Richard G. Petty, MD

Retinoic Acid and Suicide

Retinoic acid is an organic compound derived from Vitamin A, that is involved in the development of the brain and in normal visual function. It is because of the involvement in the formation of the brain that medicine containing retinoic acid like compounds must not be given to women who could become pregnant.

In recent years it has become clear that it is also involved in the function of the mature nervous system, and there have been suggestions that it may have a role in illnesses life Alzheimer’s disease and schizophrenia.

One of the big breakthroughs in skin care was the introduction, in 1982, of a form of retinoic acid – isoretinoin – for the treatment of severe acne. It is marketed as Accutane in the USA and Roaccutane in the United Kingdom. Since its introduction there have been claims that it has caused depression and suicide in some patients taking it. The package insert specifically mentions this possible association. The trouble has been trying to sort out whether people taking it for acne became depressed because of the acne, whether it was the drug, or whether it was a chance association. 13 million patients have taken it world-wide, so sadly some depression might occur by chance.

That it was the drug causing the problem was supported by reports of people developing depression within days of starting the medicine. But it’s always difficult to go from association to causality. After all, it has not been possible to prove that smoking causes lung cancer, though nobody doubts it, becuase the association between the two is so strong.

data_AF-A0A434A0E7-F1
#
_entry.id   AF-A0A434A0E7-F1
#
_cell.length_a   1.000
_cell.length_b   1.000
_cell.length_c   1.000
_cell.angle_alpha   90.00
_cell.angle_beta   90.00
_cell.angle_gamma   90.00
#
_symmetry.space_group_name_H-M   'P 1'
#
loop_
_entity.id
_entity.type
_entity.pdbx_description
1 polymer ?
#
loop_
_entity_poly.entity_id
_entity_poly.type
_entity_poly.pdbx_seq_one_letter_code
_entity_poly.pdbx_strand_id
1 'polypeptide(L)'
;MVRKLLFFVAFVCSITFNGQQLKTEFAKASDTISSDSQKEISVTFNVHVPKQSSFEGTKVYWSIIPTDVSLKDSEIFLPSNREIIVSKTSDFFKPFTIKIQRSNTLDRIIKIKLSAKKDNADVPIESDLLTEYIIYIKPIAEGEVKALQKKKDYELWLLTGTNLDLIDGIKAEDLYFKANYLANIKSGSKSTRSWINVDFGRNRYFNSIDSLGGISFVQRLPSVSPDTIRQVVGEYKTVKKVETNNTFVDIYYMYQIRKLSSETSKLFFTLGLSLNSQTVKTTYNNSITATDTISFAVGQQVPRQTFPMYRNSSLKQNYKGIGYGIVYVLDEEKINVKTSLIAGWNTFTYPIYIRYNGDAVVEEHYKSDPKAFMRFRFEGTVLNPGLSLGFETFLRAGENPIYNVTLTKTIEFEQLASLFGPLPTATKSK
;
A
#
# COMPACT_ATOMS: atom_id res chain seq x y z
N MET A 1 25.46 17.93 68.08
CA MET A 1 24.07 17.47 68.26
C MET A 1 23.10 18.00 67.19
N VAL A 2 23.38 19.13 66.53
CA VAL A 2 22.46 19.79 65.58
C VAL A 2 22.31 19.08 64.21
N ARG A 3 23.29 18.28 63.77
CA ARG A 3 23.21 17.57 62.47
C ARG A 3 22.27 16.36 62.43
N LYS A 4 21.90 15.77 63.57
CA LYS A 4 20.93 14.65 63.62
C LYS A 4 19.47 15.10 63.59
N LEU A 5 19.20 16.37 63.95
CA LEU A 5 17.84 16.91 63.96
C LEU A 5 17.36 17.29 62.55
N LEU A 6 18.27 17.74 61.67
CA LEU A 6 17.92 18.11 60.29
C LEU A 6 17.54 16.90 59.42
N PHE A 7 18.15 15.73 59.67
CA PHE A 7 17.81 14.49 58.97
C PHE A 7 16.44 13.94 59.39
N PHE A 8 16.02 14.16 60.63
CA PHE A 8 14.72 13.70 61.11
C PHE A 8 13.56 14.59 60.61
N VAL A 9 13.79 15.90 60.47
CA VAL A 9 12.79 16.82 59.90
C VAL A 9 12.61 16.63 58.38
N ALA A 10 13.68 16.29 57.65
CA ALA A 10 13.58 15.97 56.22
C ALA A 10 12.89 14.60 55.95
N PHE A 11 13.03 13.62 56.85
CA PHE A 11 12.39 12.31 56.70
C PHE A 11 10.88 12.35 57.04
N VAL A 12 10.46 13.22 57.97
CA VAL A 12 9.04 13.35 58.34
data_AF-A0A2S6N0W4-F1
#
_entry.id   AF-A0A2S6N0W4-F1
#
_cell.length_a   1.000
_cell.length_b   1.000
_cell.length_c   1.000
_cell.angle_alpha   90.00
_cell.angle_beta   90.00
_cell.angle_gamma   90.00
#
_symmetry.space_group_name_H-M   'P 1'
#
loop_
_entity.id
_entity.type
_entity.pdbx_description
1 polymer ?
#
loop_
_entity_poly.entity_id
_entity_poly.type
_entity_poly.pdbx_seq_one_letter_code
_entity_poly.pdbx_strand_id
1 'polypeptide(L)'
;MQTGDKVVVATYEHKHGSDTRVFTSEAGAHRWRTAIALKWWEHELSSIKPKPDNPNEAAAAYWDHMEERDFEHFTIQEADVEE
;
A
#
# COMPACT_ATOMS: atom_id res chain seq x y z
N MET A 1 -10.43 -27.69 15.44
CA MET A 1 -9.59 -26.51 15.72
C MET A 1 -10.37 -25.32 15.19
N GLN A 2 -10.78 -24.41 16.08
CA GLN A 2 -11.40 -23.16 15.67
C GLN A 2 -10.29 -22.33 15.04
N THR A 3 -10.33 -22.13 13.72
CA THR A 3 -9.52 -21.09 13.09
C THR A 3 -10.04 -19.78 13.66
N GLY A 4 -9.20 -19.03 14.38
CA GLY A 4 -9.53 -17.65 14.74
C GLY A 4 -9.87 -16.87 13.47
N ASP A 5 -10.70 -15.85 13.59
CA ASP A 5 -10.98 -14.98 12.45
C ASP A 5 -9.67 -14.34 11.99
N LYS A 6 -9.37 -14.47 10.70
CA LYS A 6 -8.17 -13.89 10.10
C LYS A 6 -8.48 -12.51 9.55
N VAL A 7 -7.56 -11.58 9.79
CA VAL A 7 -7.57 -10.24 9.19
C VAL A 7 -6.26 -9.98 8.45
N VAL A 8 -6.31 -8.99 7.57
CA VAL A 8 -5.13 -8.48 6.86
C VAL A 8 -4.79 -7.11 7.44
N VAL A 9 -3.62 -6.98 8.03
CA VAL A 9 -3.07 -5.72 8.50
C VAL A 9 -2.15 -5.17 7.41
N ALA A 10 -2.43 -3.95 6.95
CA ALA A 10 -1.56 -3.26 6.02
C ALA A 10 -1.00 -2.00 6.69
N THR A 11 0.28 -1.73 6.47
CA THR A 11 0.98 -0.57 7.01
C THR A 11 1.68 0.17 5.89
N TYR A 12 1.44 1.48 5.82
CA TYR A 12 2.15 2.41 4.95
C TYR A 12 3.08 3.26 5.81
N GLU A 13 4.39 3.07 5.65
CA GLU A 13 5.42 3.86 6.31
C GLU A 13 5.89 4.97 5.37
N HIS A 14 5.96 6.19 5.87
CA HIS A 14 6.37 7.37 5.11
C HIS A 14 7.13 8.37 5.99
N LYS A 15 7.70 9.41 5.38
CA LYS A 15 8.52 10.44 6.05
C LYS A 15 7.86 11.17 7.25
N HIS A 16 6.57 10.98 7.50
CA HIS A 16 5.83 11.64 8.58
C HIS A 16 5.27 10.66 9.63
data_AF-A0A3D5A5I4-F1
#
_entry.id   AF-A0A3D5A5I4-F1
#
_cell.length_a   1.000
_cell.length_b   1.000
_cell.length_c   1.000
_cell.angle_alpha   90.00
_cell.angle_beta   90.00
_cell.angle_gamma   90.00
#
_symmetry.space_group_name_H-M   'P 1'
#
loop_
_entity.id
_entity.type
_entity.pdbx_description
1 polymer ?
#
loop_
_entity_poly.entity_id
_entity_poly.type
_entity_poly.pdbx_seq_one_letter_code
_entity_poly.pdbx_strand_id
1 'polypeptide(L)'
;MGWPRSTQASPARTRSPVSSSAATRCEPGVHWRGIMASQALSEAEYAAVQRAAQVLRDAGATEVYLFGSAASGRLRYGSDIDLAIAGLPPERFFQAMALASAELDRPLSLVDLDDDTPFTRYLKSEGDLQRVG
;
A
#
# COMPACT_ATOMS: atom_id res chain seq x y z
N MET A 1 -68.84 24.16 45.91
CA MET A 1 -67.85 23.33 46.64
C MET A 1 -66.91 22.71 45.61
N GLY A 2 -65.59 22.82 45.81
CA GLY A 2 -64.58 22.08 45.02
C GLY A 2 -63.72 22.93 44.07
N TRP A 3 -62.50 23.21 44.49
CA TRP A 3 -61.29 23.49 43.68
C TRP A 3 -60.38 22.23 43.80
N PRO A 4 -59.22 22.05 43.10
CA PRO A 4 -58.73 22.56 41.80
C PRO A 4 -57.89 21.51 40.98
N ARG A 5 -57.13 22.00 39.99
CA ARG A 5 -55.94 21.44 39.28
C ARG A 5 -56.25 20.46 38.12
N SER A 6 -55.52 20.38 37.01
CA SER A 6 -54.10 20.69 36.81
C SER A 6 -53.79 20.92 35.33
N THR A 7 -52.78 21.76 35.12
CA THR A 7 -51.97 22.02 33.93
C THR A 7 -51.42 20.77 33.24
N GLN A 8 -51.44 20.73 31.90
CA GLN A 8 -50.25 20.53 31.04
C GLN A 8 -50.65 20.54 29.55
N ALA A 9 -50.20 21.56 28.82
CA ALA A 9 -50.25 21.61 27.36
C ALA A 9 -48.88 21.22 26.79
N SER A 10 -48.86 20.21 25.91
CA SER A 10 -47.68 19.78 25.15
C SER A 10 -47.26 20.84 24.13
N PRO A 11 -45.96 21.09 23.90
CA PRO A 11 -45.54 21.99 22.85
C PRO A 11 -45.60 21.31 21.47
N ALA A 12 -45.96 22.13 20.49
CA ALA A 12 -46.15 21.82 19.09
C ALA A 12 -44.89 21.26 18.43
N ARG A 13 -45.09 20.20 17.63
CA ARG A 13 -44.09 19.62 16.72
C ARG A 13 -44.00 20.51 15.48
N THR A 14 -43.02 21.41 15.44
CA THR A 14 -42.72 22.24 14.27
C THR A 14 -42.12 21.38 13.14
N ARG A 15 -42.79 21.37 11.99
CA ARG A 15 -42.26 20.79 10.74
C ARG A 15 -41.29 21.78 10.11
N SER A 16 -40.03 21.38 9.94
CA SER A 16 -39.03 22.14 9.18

The Medicines and Healthcare products Regulatory Agency had received 1,588 reports of suspected adverse events experienced by people taking the drug up to this month. This included 25 people who died from suicide.

Now a paper in the journal Neuropsychopharmacology has added substantial support the the notion that the medicine may cause depression. The researchers gave a form of retinoic acid to adolescent mice. They found that while there was no change in the physical abilities of the mice, the rodents spent significantly more time immobile in a range of laboratory assessments designed to test their response to stress.

This was interpreted as a sign that the animals were exhibiting signs of depression.

It’s difficult to extrapolate from mice to humans, and this certainly does not nail down the problem. It also does not mean that people should stop their treatment: this medicine works. But it emphasizes the importance of doing what the package insert says: watching young people with acne who are on treatment for any signs of depression.

About Richard G. Petty, MD
Dr. Richard G. Petty, MD is a world-renowned authority on the brain, and his revolutionary work on human energy systems has been acclaimed around the globe. He is also an accredited specialist in internal and metabolic medicine, endocrinology, psychiatry, acupuncture and homeopathy. He has been an innovator and leader of the human potential movement for over thirty years and is also an active researcher, teacher, writer, professional speaker and broadcaster. He is the author of five books, including the groundbreaking and best selling CD series Healing, Meaning and Purpose. He has taught in over 45 countries and 48 states in the last ten years, but spends as much time as possible on his horse farm in Georgia.

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